Monday, 22 March 2010

My Top Ten... Albums

I pride myself on finding more and more varied way of killing time every weekend; I normally call the result a blog. My latest idea for how to fill a couple of pages of a word document with my opinions is to do a series of top 10s. As you know I like to go on and on and on and on about music that I enjoy, so I thought I’d start off this adventure into a brave new world of procrastination with a list of my top 10 albums and an explanation of why I like them. These are not necessarily in precise order because I find it difficult to order things precisely.

So without further ado:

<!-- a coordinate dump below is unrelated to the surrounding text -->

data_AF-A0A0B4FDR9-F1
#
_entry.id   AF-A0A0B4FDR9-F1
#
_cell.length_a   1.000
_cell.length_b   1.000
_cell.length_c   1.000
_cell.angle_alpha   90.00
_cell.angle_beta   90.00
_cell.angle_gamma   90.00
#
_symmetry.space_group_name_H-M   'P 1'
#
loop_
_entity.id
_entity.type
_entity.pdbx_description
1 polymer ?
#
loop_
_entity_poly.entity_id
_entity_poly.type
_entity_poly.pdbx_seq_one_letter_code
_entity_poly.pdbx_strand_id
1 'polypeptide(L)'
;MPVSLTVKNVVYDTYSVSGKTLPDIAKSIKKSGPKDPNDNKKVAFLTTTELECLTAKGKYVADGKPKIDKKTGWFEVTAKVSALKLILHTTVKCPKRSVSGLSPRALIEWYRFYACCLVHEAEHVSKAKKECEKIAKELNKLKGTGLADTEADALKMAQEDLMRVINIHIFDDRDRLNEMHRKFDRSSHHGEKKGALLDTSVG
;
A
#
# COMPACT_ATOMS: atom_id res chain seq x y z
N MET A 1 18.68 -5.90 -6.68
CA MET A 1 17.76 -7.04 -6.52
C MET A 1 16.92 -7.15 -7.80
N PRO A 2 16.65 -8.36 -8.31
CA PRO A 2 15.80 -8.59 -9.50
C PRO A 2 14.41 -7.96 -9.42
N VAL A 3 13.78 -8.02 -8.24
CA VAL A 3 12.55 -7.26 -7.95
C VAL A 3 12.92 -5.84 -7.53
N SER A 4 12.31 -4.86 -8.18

• In Absentia (Porcupine Tree) I said they weren’t in order, but if I had to name my favourite album of all time this would probably be it. The thing about this album is that is brings together a whole host of different musical styles and genres, without ever feeling overcrowded. Blackest Eyes, the first track of the album exemplifies this; it combines a Heavy Metal-style opening with an indie rock-esc acoustic guitar which plays through dark and disturbing lyrics which echo beautifully. The chorus is almost like a pop song; it’s so memorable and the lyrics are so catchy despite retaining the foreboding of the verses. The pinnacle of the song for me is towards the end when it switches to full on psychedelic reminiscent of their earlier work. The rest of the album continues in the same vein, combining styles beautifully and retaining a dangerous, dark edge to the lyrics. The end of the album bring Collapse the Light into Earth, one of the most beautiful and mournful songs I have ever heard. Overall this is one of those albums which every self respecting fan of alternative music must listen to at some point. I guarantee it will not disappoint.